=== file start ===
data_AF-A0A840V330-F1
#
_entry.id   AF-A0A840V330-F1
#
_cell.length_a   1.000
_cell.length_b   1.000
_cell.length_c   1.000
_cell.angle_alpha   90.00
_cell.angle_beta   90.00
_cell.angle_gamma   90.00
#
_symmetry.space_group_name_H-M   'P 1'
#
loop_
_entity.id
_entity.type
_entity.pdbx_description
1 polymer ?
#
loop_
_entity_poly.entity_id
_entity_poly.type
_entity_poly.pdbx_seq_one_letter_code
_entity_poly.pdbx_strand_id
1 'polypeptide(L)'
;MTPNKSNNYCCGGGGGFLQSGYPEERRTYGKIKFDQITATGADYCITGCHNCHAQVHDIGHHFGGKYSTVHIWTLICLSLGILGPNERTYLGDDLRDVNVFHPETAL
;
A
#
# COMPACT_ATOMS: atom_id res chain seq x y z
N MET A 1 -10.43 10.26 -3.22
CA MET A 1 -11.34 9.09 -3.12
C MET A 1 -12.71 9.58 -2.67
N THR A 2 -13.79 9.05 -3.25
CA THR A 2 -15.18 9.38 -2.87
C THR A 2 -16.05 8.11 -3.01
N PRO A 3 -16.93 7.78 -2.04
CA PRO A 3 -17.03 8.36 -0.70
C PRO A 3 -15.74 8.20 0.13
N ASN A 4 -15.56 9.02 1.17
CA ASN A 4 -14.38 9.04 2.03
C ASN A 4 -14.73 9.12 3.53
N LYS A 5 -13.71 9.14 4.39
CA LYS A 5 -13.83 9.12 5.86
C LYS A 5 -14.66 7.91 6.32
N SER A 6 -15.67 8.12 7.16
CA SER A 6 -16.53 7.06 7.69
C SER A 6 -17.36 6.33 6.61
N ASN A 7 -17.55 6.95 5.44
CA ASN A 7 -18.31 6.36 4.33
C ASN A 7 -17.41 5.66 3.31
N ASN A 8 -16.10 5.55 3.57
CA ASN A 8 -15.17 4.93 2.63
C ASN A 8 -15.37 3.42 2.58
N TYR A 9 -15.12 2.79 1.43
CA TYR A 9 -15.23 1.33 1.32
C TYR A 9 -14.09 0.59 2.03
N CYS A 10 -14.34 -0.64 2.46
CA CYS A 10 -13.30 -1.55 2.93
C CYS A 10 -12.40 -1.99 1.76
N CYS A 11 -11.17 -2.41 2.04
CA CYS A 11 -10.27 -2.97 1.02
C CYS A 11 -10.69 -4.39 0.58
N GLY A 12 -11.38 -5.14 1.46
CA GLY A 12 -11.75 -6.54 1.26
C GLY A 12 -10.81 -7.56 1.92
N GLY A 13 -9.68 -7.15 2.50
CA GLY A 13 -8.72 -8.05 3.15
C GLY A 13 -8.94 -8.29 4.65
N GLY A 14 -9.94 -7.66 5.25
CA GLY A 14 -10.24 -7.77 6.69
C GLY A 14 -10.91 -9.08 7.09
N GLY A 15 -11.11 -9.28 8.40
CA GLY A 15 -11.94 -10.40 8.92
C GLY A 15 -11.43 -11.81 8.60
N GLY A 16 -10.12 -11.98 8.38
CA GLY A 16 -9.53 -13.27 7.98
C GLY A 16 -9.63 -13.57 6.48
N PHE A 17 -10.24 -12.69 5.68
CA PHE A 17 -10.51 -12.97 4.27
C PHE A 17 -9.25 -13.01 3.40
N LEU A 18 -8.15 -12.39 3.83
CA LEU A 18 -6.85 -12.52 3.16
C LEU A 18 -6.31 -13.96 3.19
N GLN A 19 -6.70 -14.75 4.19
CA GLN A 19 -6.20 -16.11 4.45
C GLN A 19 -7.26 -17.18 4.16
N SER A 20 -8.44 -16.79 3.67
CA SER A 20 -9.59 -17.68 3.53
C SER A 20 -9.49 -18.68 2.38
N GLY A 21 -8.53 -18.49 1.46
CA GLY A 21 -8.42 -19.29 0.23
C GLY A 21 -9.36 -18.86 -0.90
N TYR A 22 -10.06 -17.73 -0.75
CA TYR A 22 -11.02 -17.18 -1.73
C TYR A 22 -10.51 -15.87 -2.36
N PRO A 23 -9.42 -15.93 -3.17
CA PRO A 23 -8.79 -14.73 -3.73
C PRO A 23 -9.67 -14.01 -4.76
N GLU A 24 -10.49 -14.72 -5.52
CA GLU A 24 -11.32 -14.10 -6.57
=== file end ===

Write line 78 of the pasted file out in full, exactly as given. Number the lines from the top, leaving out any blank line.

C GLY A 16 -9.63 -13.57 6.48